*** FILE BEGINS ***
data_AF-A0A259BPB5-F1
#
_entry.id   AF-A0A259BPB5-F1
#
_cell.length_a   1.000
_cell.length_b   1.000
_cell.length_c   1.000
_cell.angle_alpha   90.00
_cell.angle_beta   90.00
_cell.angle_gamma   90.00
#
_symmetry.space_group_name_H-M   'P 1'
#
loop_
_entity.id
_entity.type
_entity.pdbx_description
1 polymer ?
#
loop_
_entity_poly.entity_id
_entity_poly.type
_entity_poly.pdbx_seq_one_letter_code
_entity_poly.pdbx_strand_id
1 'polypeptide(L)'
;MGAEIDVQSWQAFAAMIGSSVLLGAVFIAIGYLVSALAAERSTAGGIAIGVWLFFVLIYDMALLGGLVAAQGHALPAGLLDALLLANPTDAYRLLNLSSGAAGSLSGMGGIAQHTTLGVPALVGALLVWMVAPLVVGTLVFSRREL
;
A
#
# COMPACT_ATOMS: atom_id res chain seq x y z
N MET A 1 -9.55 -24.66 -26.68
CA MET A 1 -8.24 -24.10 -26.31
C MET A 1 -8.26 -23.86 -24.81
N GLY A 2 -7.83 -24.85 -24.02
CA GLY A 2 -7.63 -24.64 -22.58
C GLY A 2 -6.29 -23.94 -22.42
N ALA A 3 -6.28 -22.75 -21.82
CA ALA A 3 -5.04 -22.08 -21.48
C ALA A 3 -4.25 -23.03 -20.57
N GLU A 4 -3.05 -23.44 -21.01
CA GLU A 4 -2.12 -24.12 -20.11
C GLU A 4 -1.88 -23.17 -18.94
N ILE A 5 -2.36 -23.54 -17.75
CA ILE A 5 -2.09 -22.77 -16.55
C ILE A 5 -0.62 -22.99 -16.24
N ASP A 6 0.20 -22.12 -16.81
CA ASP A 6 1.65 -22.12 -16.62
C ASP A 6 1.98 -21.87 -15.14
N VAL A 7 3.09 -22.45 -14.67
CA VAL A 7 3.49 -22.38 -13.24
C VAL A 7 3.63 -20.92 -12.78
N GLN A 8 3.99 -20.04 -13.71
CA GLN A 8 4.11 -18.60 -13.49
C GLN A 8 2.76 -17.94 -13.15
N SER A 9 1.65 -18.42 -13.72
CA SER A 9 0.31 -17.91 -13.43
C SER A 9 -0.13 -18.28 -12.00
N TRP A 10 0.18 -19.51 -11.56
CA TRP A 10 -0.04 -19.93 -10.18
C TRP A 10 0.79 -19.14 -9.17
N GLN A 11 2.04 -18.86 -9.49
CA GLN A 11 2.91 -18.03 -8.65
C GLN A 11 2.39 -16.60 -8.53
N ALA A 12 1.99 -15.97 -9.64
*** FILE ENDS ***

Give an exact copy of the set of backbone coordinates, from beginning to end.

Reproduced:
data_AF-A0A259BPB5-F1
#
_entry.id   AF-A0A259BPB5-F1
#
_cell.length_a   1.000
_cell.length_b   1.000
_cell.length_c   1.000
_cell.angle_alpha   90.00
_cell.angle_beta   90.00
_cell.angle_gamma   90.00
#
_symmetry.space_group_name_H-M   'P 1'
#
loop_
_entity.id
_entity.type
_entity.pdbx_description
1 polymer ?
#
loop_
_entity_poly.entity_id
_entity_poly.type
_entity_poly.pdbx_seq_one_letter_code
_entity_poly.pdbx_strand_id
1 'polypeptide(L)'
;MGAEIDVQSWQAFAAMIGSSVLLGAVFIAIGYLVSALAAERSTAGGIAIGVWLFFVLIYDMALLGGLVAAQGHALPAGLLDALLLANPTDAYRLLNLSSGAAGSLSGMGGIAQHTTLGVPALVGALLVWMVAPLVVGTLVFSRREL
;
A
#
# COMPACT_ATOMS: atom_id res chain seq x y z
N MET A 1 -9.55 -24.66 -26.68
CA MET A 1 -8.24 -24.10 -26.31
C MET A 1 -8.26 -23.86 -24.81
N GLY A 2 -7.83 -24.85 -24.02
CA GLY A 2 -7.63 -24.64 -22.58
C GLY A 2 -6.29 -23.94 -22.42
N ALA A 3 -6.28 -22.75 -21.82
CA ALA A 3 -5.04 -22.08 -21.48
C ALA A 3 -4.25 -23.03 -20.57
N GLU A 4 -3.05 -23.44 -21.01
CA GLU A 4 -2.12 -24.12 -20.11
C GLU A 4 -1.88 -23.17 -18.94
N ILE A 5 -2.36 -23.54 -17.75
CA ILE A 5 -2.09 -22.77 -16.55
C ILE A 5 -0.62 -22.99 -16.24
N ASP A 6 0.20 -22.12 -16.81
CA ASP A 6 1.65 -22.12 -16.62
C ASP A 6 1.98 -21.87 -15.14
N VAL A 7 3.09 -22.45 -14.67
CA VAL A 7 3.49 -22.38 -13.24
C VAL A 7 3.63 -20.92 -12.78
N GLN A 8 3.99 -20.04 -13.71
CA GLN A 8 4.11 -18.60 -13.49
C GLN A 8 2.76 -17.94 -13.15
N SER A 9 1.65 -18.42 -13.72
CA SER A 9 0.31 -17.91 -13.43
C SER A 9 -0.13 -18.28 -12.00
N TRP A 10 0.18 -19.51 -11.56
CA TRP A 10 -0.04 -19.93 -10.18
C TRP A 10 0.79 -19.14 -9.17
N GLN A 11 2.04 -18.86 -9.49
CA GLN A 11 2.91 -18.03 -8.65
C GLN A 11 2.39 -16.60 -8.53
N ALA A 12 1.99 -15.97 -9.64